5“He will be born in Bethlehem, in the land of Judah,” they told him. “Because the prophecy states:
6And you, little Bethlehem,
are not insignificant among the clans of Judah,
for out of you will emerge
the Shepherd-King # 2:6 As translated from the Aramaic. The Greek is “the Leader who will shepherd my people Israel.” of my people Israel!” # 2:6 See Mic. 5:2. Both the Septuagint and the Hebrew Matthew have “out of you will come to me a Ruler who will be King of Israel.” The Septuagint adds, “He will shepherd my people in the strength of the Lord.”
7Then Herod secretly summoned the spiritual priests from the East to ascertain the exact time the star first appeared. 8And he told them, “Now go to Bethlehem and carefully look there for the child, and when you’ve found him, report to me so that I can go and bow down and worship him too.”
9And on their way to Bethlehem, the same star they had seen in the East suddenly reappeared! Amazed, they watched as it went ahead of them and stopped directly over the place where the child was. 10And when they saw the star, they were so ecstatic that they shouted and celebrated with unrestrained joy. # 2:10 The Greek is hard to translate since it contains so many redundant words for joy in this one verse. It is literally “They rejoiced with a great joy exceedingly.” They were ecstatic! 11When they came into the house and saw the young child with Mary, his mother, they fell to the ground at his feet and worshiped him. Then they opened their treasure chests # 2:11 These “wise men” were extremely wealthy. They presented gifts that totaled a great sum of money—not tiny presents wrapped with bows, but treasure chests full of financial wealth. Although we are not given the monetary value of each type of gift, we know that frankincense and myrrh were extremely costly. These gifts would have financed Joseph and Mary and Jesus’ exodus to Egypt and supplied their living expenses for a number of years, even after returning to Israel. Gold is an often-used symbol of the deity of Christ. Frankincense points to his perfect life of holiness, excellence, and devotion. Myrrh, an embalming spice, speaks to us of the suffering love that would lead him to the death on the cross. full of gifts and presented him with gold, frankincense, and myrrh. 12Afterward they returned to their own country by another route because God had warned them in a dream not to go back to Herod.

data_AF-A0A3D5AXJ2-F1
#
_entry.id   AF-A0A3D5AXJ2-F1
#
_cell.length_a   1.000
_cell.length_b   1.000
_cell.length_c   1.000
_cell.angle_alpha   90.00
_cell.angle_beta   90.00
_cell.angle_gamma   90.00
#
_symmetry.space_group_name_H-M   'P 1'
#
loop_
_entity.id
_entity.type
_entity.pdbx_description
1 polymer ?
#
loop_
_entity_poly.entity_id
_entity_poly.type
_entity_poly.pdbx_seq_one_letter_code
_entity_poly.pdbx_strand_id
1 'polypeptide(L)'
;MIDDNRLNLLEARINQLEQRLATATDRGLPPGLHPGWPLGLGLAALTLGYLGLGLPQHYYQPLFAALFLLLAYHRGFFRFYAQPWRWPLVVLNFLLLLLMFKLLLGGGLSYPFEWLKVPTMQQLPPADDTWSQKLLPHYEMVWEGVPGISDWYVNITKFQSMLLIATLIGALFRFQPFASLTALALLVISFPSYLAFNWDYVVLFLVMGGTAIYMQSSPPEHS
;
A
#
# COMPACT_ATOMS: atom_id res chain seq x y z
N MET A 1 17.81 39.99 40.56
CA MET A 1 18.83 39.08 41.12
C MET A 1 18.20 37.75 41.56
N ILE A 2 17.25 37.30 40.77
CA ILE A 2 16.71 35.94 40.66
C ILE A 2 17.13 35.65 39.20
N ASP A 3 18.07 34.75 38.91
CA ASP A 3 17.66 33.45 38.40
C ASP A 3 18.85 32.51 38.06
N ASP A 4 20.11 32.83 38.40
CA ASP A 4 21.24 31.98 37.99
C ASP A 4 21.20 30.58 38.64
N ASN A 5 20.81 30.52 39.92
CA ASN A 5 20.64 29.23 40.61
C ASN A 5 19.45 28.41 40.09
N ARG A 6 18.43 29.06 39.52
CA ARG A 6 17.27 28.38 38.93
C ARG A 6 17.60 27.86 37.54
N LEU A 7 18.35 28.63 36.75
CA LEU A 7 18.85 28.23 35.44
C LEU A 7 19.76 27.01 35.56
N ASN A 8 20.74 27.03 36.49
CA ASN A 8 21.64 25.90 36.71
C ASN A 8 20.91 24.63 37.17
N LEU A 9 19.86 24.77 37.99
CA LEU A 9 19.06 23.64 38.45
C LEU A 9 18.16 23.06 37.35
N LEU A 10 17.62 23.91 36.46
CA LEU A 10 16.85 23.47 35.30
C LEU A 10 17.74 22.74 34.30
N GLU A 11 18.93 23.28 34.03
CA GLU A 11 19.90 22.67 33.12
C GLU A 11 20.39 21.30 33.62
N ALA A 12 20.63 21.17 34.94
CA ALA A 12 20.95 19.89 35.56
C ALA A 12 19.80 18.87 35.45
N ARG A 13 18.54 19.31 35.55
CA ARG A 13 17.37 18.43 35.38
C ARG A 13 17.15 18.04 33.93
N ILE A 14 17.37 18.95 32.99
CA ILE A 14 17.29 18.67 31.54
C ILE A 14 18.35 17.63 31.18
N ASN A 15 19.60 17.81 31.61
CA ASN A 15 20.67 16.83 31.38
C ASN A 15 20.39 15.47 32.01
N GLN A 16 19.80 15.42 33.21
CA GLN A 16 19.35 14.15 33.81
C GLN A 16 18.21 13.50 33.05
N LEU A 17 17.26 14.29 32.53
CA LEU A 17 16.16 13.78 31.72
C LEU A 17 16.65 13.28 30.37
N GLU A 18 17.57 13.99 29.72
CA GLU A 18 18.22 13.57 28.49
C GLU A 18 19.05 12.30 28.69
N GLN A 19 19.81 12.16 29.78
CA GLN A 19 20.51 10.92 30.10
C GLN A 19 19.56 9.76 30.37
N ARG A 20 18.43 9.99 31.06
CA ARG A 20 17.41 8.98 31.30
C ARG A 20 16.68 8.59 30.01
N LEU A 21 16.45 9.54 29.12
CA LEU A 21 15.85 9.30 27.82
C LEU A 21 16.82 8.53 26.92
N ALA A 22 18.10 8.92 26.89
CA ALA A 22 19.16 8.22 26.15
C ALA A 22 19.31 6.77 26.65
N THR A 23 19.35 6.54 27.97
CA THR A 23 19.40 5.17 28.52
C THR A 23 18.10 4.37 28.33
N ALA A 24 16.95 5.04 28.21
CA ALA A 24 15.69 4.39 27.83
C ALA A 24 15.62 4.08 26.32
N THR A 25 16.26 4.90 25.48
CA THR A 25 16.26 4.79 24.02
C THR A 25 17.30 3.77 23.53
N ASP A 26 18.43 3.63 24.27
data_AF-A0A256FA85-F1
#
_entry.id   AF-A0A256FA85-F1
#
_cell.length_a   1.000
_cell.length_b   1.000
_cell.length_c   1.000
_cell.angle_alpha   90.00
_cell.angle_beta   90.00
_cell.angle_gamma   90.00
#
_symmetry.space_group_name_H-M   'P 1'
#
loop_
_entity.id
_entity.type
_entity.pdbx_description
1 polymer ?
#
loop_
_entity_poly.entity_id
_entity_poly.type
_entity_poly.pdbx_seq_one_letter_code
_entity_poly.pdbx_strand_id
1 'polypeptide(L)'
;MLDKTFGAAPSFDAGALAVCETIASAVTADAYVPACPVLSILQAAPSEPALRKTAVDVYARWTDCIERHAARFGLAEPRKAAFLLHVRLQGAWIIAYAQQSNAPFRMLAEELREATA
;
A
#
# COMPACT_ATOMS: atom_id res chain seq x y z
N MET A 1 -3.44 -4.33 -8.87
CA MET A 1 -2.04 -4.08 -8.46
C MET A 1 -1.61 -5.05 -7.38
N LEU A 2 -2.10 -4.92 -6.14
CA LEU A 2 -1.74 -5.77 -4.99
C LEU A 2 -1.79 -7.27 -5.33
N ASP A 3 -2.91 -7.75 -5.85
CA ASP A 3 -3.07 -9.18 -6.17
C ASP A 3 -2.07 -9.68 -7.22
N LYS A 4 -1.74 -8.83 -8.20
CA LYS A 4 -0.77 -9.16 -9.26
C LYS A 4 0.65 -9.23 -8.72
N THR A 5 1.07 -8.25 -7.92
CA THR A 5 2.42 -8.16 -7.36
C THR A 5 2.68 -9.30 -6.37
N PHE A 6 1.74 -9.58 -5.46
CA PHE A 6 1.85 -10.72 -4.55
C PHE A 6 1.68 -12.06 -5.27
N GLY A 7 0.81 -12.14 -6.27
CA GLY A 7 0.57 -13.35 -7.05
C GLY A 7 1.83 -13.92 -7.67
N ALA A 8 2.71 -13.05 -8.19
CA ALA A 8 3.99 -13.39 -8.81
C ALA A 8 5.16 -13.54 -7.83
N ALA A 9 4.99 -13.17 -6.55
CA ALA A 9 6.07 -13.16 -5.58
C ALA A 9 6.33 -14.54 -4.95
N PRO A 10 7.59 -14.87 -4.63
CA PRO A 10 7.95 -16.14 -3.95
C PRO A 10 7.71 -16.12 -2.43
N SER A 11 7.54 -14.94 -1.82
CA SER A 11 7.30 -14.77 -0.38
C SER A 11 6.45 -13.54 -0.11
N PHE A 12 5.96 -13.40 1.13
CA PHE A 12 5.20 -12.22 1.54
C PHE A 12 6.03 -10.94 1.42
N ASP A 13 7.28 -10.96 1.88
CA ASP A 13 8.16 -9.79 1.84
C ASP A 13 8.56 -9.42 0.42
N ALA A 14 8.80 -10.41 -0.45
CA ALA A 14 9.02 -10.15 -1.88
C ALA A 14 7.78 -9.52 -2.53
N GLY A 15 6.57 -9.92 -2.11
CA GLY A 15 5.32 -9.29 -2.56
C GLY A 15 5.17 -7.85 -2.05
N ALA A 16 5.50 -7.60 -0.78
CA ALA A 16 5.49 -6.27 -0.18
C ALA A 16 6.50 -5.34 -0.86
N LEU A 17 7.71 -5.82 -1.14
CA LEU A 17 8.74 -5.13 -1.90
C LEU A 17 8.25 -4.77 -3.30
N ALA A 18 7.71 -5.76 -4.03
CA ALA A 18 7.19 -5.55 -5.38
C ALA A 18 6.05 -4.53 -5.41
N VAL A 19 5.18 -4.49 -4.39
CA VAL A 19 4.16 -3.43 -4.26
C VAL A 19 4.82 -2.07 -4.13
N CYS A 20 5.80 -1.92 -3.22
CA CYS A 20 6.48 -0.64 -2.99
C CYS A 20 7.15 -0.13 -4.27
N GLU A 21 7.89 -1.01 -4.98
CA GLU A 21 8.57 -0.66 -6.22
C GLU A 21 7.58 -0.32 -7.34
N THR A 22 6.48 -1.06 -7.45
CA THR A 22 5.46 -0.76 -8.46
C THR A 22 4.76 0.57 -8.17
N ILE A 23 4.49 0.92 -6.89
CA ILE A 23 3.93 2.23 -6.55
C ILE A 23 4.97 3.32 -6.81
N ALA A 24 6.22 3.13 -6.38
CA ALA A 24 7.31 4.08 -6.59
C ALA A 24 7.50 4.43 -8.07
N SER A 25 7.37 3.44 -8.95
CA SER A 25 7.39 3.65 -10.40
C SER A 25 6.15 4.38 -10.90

They Escape to Egypt
13After they had gone, Joseph had another dream. An angel of the Lord appeared to him and said, “Get up now and flee to Egypt. Take Mary and the little child and stay there until I tell you to leave, for Herod intends to search for the child to kill him.”
14So that very night he got up and took Jesus and his mother and made their escape to Egypt 15and remained there until Herod died. All of this fulfilled what the Lord had spoken through his prophet: